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Vol. 58. Issue 6.
Pages 498-503 (June 2022)
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Vol. 58. Issue 6.
Pages 498-503 (June 2022)
Special Article
Open Access
The 7 Cardinal Sins of COPD in Spain
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José Luis Izquierdoa,
Corresponding author
joseluis.izquierdoa@uah.es

Corresponding author.
, Ciro Casanovab, Bartolomé Cellic, Salud Santosd, Oriol Sibilae, Patricia Sobradillof, Alvar Agustie,g
a Department of Medicine and Medical Specialties, Universidad de Alcalá, Alcalá de Henares, Madrid, Respiratory Medicine, Hospital Universitario de Guadalajara, Guadalajara, Spain
b Department of Respiratory Medicine-Research Unit, Hospital Universitario Nuestra Señora de la Candelaria, Universidad de la Laguna, Santa Cruz de Tenerife, Spain
c Brigham and Women's Hospital, Boston, MA, USA
d Department of Respiratory Medicine, Hospital Universitario de Bellvitge, IDIBELL, L’Hospitalet de Llobregat, Barcelona, Universitat Barcelona, CIBERES, Spain
e Department of Respiratory Medicine, Institut Clínic Respiratori, Universitat Barcelona, IDIBAPS, CIBERES, Spain
f Department of Respiratory Medicine, Hospital Universitario de Cruces, Barakaldo, Biscay, Spain
g Department of Respiratory Medicine, Institut Clinic Respiratori, Universitat Barcelona, IDIBAPS, CIBERES, Spain
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Abstract

Chronic obstructive pulmonary disease (COPD) is a public health problem due to its high prevalence (11% in the adult population in Spain), increasing incidence, and great social and economic impact. Despite this, it is underdiagnosed (and, therefore, undertreated) at a rate of around 80%. In this paper, a group of respiratory physicians specializing in COPD discuss 7 fundamental problems (“cardinal sins”) that contribute to this situation, with the explicit aim of proposing specific solutions that may help to improve this unfavorable state of affairs.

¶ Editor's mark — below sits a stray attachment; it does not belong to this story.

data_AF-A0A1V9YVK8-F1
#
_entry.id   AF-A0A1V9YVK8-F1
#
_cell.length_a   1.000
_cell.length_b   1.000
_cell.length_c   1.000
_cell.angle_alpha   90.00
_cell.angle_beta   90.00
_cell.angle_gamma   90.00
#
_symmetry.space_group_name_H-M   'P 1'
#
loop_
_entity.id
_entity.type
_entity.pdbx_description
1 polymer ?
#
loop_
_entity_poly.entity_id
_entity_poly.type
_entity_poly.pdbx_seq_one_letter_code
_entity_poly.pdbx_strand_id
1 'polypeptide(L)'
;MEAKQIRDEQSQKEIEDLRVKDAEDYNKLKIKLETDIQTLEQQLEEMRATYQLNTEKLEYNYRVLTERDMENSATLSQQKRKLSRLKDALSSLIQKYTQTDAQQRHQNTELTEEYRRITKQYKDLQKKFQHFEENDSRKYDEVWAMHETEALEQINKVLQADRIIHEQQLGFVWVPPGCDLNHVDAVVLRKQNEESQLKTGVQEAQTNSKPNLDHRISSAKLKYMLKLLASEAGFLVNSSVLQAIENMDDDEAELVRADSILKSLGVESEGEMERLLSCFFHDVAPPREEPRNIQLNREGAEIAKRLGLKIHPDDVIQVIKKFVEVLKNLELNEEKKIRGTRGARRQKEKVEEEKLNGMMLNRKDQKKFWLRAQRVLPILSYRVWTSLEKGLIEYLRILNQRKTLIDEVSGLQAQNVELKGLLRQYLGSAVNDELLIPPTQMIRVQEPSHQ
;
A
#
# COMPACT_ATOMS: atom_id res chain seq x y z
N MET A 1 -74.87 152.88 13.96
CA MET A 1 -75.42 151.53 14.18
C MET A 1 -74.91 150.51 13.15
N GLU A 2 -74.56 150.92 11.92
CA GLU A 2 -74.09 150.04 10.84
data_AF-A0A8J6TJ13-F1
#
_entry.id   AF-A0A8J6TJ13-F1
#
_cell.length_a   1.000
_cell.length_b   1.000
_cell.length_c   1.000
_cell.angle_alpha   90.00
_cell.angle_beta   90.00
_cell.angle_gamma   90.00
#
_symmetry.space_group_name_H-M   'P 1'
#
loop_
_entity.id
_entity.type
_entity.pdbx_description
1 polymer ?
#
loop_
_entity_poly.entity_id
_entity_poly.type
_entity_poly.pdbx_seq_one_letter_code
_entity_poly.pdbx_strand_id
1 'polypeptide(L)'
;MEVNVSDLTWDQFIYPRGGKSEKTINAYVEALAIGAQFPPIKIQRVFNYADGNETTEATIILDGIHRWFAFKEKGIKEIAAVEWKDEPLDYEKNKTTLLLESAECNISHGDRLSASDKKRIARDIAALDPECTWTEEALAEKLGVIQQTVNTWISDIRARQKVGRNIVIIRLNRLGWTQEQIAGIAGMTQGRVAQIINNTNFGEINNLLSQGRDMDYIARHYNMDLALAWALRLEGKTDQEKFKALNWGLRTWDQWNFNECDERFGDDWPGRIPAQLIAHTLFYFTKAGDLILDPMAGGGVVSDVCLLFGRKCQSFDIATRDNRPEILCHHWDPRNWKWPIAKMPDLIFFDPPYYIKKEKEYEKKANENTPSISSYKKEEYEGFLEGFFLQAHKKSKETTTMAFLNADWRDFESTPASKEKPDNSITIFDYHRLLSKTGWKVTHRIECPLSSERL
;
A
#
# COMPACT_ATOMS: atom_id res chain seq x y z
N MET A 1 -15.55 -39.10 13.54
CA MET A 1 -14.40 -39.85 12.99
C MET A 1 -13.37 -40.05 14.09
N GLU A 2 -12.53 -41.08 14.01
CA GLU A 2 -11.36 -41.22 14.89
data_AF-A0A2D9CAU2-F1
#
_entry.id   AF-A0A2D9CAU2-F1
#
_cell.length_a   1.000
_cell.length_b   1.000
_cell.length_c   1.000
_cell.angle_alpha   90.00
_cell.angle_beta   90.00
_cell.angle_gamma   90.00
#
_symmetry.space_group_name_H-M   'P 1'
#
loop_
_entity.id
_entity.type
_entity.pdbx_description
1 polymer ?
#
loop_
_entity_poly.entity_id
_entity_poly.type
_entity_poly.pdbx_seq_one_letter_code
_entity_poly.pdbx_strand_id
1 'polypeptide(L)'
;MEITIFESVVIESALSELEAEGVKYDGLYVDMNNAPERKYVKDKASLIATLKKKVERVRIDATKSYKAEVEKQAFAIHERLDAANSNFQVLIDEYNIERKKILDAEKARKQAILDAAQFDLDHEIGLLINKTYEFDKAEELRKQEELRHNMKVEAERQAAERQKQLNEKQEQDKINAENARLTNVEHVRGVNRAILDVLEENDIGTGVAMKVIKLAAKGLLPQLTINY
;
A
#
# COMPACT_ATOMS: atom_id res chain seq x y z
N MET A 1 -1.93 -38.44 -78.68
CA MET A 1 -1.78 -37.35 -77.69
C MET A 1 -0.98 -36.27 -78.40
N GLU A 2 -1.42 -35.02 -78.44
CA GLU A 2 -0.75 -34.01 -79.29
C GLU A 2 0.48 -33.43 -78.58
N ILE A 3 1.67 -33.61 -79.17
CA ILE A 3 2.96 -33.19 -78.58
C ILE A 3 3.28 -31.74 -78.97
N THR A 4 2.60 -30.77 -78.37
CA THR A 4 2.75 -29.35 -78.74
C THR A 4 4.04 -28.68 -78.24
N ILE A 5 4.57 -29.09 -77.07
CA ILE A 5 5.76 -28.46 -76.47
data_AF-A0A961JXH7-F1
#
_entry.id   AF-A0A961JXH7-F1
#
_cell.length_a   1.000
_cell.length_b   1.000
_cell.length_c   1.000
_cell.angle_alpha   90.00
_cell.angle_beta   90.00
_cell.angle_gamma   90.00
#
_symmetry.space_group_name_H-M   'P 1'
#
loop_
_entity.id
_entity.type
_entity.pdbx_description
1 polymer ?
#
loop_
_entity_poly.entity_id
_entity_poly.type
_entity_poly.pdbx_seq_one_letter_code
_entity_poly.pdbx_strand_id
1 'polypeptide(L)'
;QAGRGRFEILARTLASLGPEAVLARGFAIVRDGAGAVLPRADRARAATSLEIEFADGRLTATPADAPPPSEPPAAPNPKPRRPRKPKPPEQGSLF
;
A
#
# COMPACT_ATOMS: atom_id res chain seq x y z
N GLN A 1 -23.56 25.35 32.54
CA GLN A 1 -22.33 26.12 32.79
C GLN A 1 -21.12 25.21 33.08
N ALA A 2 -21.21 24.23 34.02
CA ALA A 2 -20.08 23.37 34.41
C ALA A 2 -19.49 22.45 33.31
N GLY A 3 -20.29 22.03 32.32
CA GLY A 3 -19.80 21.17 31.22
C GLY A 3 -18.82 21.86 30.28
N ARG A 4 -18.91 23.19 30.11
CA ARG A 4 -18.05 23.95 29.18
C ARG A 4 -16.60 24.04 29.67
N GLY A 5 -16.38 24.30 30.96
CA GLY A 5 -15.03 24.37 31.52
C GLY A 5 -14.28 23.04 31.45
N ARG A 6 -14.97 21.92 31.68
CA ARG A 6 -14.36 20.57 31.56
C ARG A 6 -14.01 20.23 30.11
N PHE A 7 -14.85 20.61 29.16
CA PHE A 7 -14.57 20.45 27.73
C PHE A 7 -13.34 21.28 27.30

Keywords:
Chronic obstructive pulmonary disease
bronchitis
emphysema
exacerbations
prevention
healthcare system
smoking
diagnosis
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Introduction

Chronic obstructive pulmonary disease (COPD) is a major public health problem due to its high prevalence (11% in the adult population in Spain), increasing incidence associated with population aging, and great social and economic impact.1–3 Despite this, around 80% of patients with COPD remain undiagnosed (and, therefore, untreated) and, in patients who have been diagnosed, the disease is often not confirmed by an appropriate diagnostic test (spirometry). As a result, treatment may not conform to national and international scientific recommendations.

Five years ago, Marin et al. published an excellent editorial in which they proposed 10 patient-focused “commandments” aimed at simplifying the treatment of COPD patients.4 In this document, a group of respiratory medicine specialists with experience in the diagnosis and treatment of COPD patients in Spain take a contrasting approach and identify and discuss the “7 cardinal sins” of disease management in Spain (not of treatment of the individual patient with COPD). The strategic objective of this discussion is to propose solutions that can be implemented to benefit COPD patients and improve the rational use of healthcare resources.

The 7 cardinal sins of COPD in Spain

Table 1 lists the 7 cardinal sins discussed below and the actions proposed for correction. This “list” is the result of a discussion among the authors. Some readers may feel that other “sins” have been omitted from the list and/or others may disagree with those included. In any case, the authors hope to generate a discussion that will interest patients, healthcare professionals and administrators.

Table 1.